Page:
In August 2019, the Millers, who also own Boulevard Barbecue & Fixins, opened Toro Loco Tacos y Burros. Travis Miller takes the creative lead in the restaurant’s inventive taco lineup including the street corn chicken taco, a fried chicken taco and a grilled chicken and Poblano chile taco.

Michael Ryan takes an order to a customer at Toro Loco Tacos y Burros, 7940 E. Broadway. Toro Loco’s best-selling taco is its street corn chicken taco, and its fried avocado taco is an easy-to-make taco to create at home.

Cafe Tumerico, 2526 E. 6th St., in 2016.

Tumerico

2526 E. Sixth St., tumerico.com

Hours: 10 a.m. to 3 p.m. Sundays and Tuesdays, 10 a.m. to 7:50 p.m. Wednesdays through Saturdays

About Tumerico: Owner Wendy Garcia serves a vegan and vegetarian Latin food-inspired menu that has gained a devoted following since she opened the restaurant six years ago.

“When I opened the restaurant, what I had in mind was, ‘oh, I just want to make my nana’s food and I just want to make it vegan,’ ” she said.

The restaurant is family- and community-oriented with an ever-changing menu curated by Garcia. She regularly comes up with new recipes inspired by local ingredients, something her customers have come to expect.

In addition to the original location on Sixth Street, Garcia has a smaller restaurant called Tumi on 4th at 402 E. Fourth St. that serves a more limited menu. Both locations sell her special Cuban Taco.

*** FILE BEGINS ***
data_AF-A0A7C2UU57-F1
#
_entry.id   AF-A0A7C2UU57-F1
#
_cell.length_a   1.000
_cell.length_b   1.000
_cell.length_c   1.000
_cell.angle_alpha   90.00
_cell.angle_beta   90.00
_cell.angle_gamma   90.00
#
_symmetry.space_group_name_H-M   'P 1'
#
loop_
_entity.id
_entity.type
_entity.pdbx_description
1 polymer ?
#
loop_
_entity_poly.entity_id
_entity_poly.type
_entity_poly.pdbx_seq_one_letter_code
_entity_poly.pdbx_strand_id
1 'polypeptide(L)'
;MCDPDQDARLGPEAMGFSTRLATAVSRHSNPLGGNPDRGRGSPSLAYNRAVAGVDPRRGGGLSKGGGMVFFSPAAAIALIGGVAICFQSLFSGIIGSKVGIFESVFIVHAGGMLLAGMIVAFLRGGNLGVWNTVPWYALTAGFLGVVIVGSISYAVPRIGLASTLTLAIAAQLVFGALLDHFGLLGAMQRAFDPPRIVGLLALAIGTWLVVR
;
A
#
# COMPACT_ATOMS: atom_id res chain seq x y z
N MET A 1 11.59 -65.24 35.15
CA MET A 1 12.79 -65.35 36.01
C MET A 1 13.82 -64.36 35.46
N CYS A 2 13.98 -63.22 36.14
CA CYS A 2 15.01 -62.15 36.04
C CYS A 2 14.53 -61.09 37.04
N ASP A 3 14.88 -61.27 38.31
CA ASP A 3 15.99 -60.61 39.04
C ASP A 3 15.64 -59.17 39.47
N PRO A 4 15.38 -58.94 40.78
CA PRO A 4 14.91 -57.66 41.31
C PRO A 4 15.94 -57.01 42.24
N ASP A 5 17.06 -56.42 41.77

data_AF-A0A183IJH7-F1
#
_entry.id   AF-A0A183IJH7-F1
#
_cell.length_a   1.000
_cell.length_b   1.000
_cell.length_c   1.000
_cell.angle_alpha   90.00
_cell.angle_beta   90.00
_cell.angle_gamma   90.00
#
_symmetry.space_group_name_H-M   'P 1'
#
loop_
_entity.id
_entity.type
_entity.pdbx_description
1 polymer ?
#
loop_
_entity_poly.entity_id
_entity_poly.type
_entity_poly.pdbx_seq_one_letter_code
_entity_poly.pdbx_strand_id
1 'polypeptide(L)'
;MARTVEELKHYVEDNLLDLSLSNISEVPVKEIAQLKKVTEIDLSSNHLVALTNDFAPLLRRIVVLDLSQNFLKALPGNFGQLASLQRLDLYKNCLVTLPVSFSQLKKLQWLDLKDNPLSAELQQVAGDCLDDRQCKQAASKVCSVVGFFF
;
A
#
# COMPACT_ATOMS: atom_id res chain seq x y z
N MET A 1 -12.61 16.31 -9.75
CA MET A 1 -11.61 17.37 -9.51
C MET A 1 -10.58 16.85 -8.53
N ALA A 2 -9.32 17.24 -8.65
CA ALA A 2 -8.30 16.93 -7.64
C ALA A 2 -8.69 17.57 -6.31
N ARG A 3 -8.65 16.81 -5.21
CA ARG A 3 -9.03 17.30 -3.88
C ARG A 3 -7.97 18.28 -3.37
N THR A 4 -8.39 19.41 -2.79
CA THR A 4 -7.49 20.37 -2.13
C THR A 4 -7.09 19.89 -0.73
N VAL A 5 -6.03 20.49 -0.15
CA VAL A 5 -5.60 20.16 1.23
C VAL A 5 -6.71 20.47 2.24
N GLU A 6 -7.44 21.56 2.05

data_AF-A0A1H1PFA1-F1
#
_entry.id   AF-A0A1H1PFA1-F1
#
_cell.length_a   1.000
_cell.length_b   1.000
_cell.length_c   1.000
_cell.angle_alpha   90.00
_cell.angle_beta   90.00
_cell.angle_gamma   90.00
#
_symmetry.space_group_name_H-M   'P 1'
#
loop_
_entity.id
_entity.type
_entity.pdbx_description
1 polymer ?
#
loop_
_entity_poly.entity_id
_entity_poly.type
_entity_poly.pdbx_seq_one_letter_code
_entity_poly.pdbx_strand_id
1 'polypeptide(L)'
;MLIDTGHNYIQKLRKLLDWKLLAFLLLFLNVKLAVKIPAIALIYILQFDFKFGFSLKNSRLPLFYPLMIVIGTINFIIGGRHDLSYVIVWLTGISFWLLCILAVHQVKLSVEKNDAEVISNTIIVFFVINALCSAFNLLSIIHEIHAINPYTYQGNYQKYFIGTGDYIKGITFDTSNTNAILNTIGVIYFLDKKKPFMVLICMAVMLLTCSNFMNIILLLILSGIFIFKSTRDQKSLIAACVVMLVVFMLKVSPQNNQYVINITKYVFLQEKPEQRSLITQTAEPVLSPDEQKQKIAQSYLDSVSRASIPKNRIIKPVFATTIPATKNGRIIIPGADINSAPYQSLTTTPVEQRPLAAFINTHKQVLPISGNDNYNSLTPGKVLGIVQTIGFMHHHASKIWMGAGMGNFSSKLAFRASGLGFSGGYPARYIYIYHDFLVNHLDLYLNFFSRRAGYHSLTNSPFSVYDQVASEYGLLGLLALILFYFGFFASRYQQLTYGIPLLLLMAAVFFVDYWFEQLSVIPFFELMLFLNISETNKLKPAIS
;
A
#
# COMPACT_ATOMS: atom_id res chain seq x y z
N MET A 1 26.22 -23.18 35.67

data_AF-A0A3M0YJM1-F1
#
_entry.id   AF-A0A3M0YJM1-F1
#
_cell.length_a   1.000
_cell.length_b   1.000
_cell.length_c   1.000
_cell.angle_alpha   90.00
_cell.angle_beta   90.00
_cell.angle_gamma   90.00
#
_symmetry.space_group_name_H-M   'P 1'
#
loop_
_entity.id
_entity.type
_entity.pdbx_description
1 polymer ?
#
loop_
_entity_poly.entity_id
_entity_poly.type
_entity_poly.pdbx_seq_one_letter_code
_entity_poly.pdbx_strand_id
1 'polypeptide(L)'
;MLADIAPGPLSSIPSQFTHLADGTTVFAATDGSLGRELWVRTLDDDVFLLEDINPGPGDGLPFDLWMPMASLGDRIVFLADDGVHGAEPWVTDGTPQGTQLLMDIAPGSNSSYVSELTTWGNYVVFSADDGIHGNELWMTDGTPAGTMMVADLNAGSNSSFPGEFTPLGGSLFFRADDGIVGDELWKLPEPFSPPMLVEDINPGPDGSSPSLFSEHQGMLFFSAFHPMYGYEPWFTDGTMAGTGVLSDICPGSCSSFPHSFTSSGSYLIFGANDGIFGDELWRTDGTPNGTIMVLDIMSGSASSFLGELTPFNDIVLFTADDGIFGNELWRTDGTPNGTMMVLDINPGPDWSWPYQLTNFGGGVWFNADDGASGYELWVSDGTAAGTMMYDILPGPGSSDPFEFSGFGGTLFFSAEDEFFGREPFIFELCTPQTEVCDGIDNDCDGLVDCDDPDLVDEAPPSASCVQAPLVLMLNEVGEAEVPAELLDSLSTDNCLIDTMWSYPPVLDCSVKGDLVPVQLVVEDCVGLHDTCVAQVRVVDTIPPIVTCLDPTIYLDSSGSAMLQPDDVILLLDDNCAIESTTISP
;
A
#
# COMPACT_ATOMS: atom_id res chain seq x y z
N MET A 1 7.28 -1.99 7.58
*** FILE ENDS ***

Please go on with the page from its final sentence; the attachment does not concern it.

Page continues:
• The taco: Cuban taco
  • Ingredients: Tortillas, jackfruit, onion, garlic, salt, cilantro sauce (available for purchase at Tumerico) with cilantro, scallions, chili pepper and lemon juice.
  • How to make it at home: Heat a pot over medium flame and sauté diced onion until translucent and add minced garlic. Stir in jackfruit and cilantro sauce and let simmer with a lid on until the jackfruit is tender, about 45 minutes. Season to taste. Remove from heat and using the back of a fork press to shred the jackfruit into thin pieces. You may want to transfer jackfruit and juices to a broiler to crisp it up.

To prepare the cilantro sauce, finely chop cilantro and transfer to a bowl with scallions, chile pepper and a squirt or two from half a lemon. Top your tortilla with the jackfruit carnitas and cilantro sauce.

The old school patty taco at El Torero is a beef patty deep fried in a corn tortilla with cheese, lettuce, taco sauce, refried beans and rice.

El Torero

231 E. 26th St., eltorerotucson.com

Hours: Noon to 8 p.m. Tuesdays and Wednesdays, until 9 p.m. Thursdays through Saturdays

About El Torero: Brothers Mike and Brad Hultquist co-own the family’s longtime South Fourth Avenue restaurant, drawing on the recipes of their Aunt Adelina Borgaro, who opened El Torero in 1956. Mike Hultquist emphasized that the popular old school patty taco is not a really big secret; families and restaurants have been making a version of the taco for a very long time in Tucson. But is a fan favorite at El Torero.

“People love them,” he said.

Cook Jackie Tran spreads beef patty into a corn tortilla before deep frying while making the old school patty taco at El Torero, 231 E. 26th St.

Be warned, Hultquist said: “If you’re frying something, it’s a painful process.”

Another word of caution: The meat can sometimes spill out of the tortilla, which could result in hot grease spitting from the pan. For first-timers, Hultquist recommends overcooking the patty versus undercooking it. Once the taco is fried, let it drain on paper to release the excess grease and to let the tortillas set. The tortillas may break if you try to open the taco right away to add toppings including shredded iceberg lettuce, tomato sauce and Cotija Mexican cheese.

Yasmin Acosta is a University of Arizona journalism student apprenticing with the Star.